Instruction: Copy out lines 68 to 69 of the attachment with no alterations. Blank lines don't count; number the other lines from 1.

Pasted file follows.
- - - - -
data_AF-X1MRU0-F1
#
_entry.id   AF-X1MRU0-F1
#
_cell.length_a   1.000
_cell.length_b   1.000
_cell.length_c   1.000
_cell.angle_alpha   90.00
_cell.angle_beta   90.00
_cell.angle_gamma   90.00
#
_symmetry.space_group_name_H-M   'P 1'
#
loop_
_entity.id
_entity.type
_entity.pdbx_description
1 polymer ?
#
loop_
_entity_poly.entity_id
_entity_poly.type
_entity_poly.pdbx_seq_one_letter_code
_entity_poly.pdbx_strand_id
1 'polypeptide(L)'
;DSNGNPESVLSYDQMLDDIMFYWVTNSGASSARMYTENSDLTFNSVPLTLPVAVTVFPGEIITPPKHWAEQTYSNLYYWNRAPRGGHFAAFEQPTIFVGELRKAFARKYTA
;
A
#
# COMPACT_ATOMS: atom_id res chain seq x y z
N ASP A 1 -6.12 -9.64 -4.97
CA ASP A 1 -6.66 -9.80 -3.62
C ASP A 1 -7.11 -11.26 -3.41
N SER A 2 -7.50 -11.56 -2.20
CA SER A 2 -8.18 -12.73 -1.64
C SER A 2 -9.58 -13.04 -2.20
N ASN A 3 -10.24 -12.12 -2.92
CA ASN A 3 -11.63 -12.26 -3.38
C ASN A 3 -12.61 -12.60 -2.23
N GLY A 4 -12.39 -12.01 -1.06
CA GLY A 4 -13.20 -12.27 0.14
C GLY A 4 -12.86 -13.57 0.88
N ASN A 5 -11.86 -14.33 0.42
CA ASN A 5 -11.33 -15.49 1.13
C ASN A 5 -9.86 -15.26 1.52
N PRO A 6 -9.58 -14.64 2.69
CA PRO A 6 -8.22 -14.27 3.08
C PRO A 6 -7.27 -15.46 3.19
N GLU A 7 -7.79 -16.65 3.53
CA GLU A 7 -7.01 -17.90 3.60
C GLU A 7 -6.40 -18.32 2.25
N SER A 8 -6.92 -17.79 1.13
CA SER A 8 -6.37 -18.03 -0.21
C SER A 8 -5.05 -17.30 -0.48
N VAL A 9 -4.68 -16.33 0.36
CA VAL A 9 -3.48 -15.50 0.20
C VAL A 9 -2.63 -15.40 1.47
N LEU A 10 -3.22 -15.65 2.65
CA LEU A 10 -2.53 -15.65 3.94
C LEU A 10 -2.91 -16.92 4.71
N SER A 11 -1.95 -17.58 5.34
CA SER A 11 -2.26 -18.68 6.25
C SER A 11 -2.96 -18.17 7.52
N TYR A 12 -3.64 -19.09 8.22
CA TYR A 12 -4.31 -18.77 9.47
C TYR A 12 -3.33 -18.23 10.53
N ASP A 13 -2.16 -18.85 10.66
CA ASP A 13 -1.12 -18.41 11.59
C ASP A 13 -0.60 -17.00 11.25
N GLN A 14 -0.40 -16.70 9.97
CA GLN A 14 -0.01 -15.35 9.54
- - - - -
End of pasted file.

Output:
CA ASP A 13 -1.12 -18.41 11.59
C ASP A 13 -0.60 -17.00 11.25